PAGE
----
Growing tomatoes on site can provide that tangible proof of a pizzeria’s commitment to fresh produce. Be forewarned: creating a patio garden still requires a green thumb. Piper Kapin grows various heirloom tomato plants, basil and other herbs on the patio at her pizzeria, Back Road Pizza, in Santa Fe, New Mexico.
Kapin provides us with the skinny on what it takes to grow heirloom tomatoes at her pizzeria:
“I start these little plants from seed at my house each February and they proceed to take over all my window sill space and even a large table in front of my sunniest window until the end of May.
I have a few varieties that I know grow well and we love having that I grow each year and then I always try a couple new ones to see if they are a good fit and add some variety. We save seeds from prior years (heirloom benefits) and I purchase seeds from the lovely folks at Baker’s Creek Heirlooms (their seed catalog is insanely beautiful and fun) or from local farms who are selling starts around here.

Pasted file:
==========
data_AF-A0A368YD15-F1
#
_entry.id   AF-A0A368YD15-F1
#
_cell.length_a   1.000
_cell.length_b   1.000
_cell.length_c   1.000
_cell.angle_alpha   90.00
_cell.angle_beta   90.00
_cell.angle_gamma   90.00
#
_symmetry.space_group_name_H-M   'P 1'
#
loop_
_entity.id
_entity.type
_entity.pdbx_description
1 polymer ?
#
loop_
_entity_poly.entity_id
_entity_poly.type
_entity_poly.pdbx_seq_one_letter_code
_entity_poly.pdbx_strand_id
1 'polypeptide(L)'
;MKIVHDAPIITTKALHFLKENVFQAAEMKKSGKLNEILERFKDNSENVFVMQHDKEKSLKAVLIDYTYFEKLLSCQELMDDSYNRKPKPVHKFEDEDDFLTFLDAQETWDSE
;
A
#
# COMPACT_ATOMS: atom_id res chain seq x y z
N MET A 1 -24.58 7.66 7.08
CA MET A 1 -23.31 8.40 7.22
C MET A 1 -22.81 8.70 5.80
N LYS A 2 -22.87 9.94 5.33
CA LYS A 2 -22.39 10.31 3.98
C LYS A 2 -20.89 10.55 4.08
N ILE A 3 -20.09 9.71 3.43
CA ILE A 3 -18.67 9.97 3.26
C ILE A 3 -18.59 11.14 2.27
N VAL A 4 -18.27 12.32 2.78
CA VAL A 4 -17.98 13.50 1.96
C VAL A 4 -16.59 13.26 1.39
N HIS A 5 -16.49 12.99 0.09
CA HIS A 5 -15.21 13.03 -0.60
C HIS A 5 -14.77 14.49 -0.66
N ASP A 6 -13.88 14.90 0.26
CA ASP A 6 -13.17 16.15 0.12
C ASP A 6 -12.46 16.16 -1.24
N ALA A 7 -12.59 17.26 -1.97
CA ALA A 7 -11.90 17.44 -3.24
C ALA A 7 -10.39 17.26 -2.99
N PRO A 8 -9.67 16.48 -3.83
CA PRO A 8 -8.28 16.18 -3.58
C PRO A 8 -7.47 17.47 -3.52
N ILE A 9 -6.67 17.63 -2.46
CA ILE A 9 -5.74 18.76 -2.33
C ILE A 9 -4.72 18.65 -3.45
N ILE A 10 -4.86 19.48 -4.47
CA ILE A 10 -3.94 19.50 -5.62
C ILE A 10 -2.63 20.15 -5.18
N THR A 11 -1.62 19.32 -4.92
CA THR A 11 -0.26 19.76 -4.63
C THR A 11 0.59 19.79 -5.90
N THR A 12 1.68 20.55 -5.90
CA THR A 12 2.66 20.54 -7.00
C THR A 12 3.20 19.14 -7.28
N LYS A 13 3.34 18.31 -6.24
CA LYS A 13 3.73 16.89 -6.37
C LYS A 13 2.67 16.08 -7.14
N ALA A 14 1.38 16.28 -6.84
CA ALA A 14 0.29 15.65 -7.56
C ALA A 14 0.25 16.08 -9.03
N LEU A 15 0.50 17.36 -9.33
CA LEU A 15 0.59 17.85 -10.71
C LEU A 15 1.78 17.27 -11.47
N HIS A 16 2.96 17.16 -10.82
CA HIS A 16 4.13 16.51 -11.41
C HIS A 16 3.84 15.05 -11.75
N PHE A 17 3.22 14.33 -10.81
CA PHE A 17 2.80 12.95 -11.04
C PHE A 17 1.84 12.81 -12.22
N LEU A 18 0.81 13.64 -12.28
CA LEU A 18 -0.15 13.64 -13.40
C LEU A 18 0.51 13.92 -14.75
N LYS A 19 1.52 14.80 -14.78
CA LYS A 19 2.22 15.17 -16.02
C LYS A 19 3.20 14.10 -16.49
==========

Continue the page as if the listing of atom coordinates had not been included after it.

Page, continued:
We took about 18″ around 3 sides of our patio (at the restaurant) and turned it into garden beds. The front half is where we plant our tomatoes and basil and other herbs because it has the right amount of sun up there.
We secured 4′ x 8′ wire frames to our fence line to create an 8′ vertical tomato cage and I studied how to prune tomatoes so they grow vertically instead of low and bushy. So we get these very impressive 5-7′ tomatoes around the perimeter of the patio. The basil & other herbs are nestled in front and around the tomatoes and the combo provides an amazing aroma and also a beautiful visual for our guests.”
The patio isn’t the only place to grow vegetables and herbs, get creative with landscaping and even the rooftop. Explore Five ways pizzerias are growing gardens on site.